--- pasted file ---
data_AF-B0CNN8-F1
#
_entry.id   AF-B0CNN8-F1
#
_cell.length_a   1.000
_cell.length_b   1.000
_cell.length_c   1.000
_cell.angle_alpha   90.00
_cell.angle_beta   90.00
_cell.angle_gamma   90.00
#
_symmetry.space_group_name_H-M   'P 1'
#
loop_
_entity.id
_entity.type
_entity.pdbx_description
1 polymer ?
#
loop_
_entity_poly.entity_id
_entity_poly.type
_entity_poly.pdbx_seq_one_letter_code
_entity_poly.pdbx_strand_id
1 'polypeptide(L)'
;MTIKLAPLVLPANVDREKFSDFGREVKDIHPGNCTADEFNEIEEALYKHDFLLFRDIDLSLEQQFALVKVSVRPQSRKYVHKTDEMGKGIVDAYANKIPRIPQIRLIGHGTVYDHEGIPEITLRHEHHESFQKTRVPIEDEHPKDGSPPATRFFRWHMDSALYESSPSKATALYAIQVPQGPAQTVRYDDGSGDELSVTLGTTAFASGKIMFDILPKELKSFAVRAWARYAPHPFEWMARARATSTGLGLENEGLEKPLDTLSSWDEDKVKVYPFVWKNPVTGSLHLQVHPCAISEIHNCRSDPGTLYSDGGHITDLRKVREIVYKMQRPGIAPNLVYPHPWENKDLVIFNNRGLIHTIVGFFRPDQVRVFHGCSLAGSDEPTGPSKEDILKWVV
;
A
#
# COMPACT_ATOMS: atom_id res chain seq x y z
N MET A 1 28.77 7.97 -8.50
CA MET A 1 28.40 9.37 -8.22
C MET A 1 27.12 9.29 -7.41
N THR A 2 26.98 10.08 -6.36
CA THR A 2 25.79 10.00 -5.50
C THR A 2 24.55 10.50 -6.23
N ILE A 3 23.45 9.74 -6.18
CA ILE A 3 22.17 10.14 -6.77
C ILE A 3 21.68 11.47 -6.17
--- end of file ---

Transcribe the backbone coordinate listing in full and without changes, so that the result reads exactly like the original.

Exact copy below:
data_AF-B0CNN8-F1
#
_entry.id   AF-B0CNN8-F1
#
_cell.length_a   1.000
_cell.length_b   1.000
_cell.length_c   1.000
_cell.angle_alpha   90.00
_cell.angle_beta   90.00
_cell.angle_gamma   90.00
#
_symmetry.space_group_name_H-M   'P 1'
#
loop_
_entity.id
_entity.type
_entity.pdbx_description
1 polymer ?
#
loop_
_entity_poly.entity_id
_entity_poly.type
_entity_poly.pdbx_seq_one_letter_code
_entity_poly.pdbx_strand_id
1 'polypeptide(L)'
;MTIKLAPLVLPANVDREKFSDFGREVKDIHPGNCTADEFNEIEEALYKHDFLLFRDIDLSLEQQFALVKVSVRPQSRKYVHKTDEMGKGIVDAYANKIPRIPQIRLIGHGTVYDHEGIPEITLRHEHHESFQKTRVPIEDEHPKDGSPPATRFFRWHMDSALYESSPSKATALYAIQVPQGPAQTVRYDDGSGDELSVTLGTTAFASGKIMFDILPKELKSFAVRAWARYAPHPFEWMARARATSTGLGLENEGLEKPLDTLSSWDEDKVKVYPFVWKNPVTGSLHLQVHPCAISEIHNCRSDPGTLYSDGGHITDLRKVREIVYKMQRPGIAPNLVYPHPWENKDLVIFNNRGLIHTIVGFFRPDQVRVFHGCSLAGSDEPTGPSKEDILKWVV
;
A
#
# COMPACT_ATOMS: atom_id res chain seq x y z
N MET A 1 28.77 7.97 -8.50
CA MET A 1 28.40 9.37 -8.22
C MET A 1 27.12 9.29 -7.41
N THR A 2 26.98 10.08 -6.36
CA THR A 2 25.79 10.00 -5.50
C THR A 2 24.55 10.50 -6.23
N ILE A 3 23.45 9.74 -6.18
CA ILE A 3 22.17 10.14 -6.77
C ILE A 3 21.68 11.47 -6.17